"That she still looks to me as young and beautiful as she looked thirty-five years ago is good evidence that 10,000 people already have noticed this and have mentioned it to here. I could have said it and spoken the truth, but I have been too wise for that. I have kept the remark unuttered, and that has saved her Majesty the vexation of hearing it for the ten thousandth and oneth [sic] time.

"All that report about my proposal to buy Windsor Castle and its grounds is a false rumor - I started it myself."

Mr. Clemens has announced that the will be a passenger on the steamer Minnetonka sailing for New York July 13. This prolongation of his stay abroad has enabled him to accept a few of the hundreds of invitations that are pouring in on him. The staff of Punch invited him to a dinner at the Savoy on July 9, but he intimated his preference to dine in the famous Punch Room at the Punch offices, and the dinner will be given there. Mr. Clemens considers this one of the greatest honors of his visit.


WINDSOR, England, June 22. - More than 7,000 guests assembled n the grounds of Windsor Castle this afternoon to attend the garden party with which King Edward wound up Ascot week. The gathering was representative of society and official life, including members of the royal family, the King of Siam, Prince and Princess Andrew of Greece, the Diplomatic Corps, members of Parliament, Bishops, and Dissenters, a large representation of Americans, many military and naval officers, and a host of notabilities, conspicuous among whom was Mark Twain. Ten special trains brought the London guests, and all the roads leading to Windsor were crowded with motor cars throughout the afternoon.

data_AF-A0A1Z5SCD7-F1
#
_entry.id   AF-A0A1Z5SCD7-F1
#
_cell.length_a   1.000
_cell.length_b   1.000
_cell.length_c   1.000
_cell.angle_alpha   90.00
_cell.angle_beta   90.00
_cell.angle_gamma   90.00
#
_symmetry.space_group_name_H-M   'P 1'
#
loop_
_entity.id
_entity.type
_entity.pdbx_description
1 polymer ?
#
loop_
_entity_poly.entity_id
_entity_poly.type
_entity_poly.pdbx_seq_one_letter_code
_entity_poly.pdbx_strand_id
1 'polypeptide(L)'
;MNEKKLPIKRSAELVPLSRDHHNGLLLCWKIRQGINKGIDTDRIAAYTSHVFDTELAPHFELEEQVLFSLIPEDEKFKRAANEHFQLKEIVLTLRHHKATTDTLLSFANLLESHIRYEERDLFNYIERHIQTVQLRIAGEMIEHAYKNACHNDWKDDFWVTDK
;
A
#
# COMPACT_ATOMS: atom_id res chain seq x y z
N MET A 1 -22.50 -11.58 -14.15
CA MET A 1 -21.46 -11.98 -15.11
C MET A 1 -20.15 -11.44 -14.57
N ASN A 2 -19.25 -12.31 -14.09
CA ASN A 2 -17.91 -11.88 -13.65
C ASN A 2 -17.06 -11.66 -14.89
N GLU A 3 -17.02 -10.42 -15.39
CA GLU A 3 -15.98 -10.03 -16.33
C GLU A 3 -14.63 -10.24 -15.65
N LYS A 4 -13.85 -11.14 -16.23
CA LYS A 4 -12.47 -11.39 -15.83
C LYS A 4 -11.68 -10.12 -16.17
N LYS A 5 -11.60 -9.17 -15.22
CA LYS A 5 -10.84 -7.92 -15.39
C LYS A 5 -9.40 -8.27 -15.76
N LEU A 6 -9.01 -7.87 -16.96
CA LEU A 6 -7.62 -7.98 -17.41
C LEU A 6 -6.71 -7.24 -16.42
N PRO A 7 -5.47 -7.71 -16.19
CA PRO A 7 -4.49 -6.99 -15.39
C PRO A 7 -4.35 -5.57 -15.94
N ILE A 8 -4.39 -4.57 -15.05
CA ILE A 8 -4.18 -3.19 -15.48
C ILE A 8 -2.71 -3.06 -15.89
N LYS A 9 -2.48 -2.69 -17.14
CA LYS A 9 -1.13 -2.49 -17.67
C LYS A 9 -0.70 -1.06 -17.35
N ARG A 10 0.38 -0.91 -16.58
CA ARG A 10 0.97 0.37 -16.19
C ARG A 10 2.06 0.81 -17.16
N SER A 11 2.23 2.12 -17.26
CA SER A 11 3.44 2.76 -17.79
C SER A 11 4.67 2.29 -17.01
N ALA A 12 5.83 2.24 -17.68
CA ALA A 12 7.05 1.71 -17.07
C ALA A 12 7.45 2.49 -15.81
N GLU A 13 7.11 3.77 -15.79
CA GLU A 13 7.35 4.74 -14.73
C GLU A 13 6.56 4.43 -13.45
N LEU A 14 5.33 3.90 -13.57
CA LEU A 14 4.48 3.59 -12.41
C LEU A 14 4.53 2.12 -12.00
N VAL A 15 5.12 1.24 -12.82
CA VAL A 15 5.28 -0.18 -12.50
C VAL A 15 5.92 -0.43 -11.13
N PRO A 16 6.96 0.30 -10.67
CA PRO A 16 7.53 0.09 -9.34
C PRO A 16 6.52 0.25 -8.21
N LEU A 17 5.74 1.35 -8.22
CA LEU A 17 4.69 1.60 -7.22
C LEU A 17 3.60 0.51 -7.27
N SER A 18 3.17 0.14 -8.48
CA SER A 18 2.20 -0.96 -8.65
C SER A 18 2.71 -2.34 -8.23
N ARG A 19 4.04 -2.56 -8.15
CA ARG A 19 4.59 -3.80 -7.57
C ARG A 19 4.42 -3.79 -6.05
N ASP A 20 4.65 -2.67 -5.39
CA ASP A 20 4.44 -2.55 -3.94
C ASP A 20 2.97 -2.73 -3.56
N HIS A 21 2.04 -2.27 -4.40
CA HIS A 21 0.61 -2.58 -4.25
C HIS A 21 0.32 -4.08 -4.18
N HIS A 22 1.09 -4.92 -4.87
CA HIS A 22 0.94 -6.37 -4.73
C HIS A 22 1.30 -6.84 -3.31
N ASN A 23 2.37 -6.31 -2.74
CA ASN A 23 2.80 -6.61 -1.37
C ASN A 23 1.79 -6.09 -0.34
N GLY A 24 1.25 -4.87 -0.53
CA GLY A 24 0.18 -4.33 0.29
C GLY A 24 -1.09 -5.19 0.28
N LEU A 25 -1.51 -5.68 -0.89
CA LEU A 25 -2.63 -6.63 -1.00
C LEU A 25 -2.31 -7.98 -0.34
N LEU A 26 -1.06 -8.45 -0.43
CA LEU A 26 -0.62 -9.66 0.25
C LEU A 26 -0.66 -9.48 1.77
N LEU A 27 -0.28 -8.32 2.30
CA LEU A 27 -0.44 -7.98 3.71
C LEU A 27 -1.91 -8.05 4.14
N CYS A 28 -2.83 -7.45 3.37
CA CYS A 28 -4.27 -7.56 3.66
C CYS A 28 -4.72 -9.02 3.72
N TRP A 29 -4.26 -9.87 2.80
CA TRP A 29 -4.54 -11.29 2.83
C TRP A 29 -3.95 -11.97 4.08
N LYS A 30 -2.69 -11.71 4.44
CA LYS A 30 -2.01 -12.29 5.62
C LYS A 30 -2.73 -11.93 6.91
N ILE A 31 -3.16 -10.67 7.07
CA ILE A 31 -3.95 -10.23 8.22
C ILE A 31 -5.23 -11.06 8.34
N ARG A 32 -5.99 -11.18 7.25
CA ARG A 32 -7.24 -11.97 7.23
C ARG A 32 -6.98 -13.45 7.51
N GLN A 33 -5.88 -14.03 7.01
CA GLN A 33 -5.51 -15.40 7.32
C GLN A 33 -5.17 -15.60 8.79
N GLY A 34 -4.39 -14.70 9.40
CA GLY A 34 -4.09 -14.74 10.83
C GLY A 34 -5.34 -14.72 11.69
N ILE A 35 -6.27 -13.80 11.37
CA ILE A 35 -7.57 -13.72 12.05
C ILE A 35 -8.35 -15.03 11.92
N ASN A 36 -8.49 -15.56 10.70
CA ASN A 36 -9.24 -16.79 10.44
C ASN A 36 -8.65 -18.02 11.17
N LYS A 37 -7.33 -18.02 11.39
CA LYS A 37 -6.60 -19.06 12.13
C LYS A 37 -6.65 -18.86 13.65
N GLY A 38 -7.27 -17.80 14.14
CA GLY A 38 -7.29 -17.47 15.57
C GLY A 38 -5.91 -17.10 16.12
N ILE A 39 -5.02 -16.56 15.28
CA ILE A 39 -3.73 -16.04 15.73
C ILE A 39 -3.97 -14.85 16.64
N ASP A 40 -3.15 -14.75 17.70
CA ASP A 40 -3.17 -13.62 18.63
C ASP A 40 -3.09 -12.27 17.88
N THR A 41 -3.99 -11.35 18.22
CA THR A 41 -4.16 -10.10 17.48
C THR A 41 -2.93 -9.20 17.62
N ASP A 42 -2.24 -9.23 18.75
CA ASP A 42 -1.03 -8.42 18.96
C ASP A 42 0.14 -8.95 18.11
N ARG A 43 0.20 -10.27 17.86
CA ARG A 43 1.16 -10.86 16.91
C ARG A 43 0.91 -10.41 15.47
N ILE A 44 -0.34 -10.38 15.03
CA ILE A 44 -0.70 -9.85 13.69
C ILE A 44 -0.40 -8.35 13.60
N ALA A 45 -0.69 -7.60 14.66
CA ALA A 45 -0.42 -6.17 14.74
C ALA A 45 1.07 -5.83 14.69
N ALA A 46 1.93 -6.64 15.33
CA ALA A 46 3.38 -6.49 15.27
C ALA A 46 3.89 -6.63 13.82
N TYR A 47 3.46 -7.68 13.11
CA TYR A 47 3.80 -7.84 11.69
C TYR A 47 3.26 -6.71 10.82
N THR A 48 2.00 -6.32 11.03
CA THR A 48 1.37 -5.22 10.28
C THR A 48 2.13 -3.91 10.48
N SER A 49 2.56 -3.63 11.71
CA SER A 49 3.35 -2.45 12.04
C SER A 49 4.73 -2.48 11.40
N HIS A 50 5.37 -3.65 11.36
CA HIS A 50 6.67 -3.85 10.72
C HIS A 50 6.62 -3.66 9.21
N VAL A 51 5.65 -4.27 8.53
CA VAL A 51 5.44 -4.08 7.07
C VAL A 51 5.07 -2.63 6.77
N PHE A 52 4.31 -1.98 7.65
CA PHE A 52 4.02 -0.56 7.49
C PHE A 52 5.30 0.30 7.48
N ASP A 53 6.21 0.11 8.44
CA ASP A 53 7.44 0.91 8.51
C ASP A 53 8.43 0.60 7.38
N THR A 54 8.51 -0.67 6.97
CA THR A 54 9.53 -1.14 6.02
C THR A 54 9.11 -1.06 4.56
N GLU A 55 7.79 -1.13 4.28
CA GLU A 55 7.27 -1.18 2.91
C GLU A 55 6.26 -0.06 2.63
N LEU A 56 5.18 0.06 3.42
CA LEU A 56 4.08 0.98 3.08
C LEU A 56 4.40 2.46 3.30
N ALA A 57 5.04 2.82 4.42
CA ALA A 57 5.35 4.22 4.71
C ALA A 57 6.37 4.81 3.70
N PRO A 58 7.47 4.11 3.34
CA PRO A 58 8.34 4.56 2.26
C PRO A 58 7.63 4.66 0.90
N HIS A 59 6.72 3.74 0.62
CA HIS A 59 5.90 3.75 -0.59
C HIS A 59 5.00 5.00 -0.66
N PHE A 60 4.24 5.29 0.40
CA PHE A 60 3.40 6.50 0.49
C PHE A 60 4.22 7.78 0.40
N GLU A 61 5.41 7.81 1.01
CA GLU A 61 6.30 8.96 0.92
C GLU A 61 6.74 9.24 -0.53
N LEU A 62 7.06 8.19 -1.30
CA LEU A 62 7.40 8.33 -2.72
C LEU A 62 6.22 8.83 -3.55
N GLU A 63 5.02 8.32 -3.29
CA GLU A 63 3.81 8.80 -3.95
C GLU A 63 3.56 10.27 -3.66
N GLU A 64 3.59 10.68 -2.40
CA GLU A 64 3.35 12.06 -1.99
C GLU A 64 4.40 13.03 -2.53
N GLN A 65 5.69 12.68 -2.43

The royal party had their headquarters in two large marquees, where the visitors thronged to pay their respects. Mrs. Benjamin Harrison, widow of the late President, was among the Americans present.

The bands of the Horse Guards and Grenadier Guards furnished the music. The company was massed on the East Lawn, a splendid stretch of grass, around which are the castle golf links, and made a most impressive scene. Many tons of flowers were used in the decoration of the tents in which refreshments were served.

This was the first royal garden party since the late Queen Victoria's in 1897, which became known as the "Consolation Party." Through a misunderstanding of the attendants some of the prominent Members of Parliament and others were unceremoniously shut out of Buckingham Palace during the Jubilee presentation and were greatly hurt, hence, the Queen gave a garden party.

John Burns attended on that occasion and was denounced for "truckling to royalty." Mr. Burns was on hand early today in morning dress, as commanded in the invitation. William Crooks, labor Member of Parliament for Woolwich, appeared in company with him attired in a sack coat and high hat.

The King of Siam, who was an object of curious interest, wore a frock coat and a high silk hat.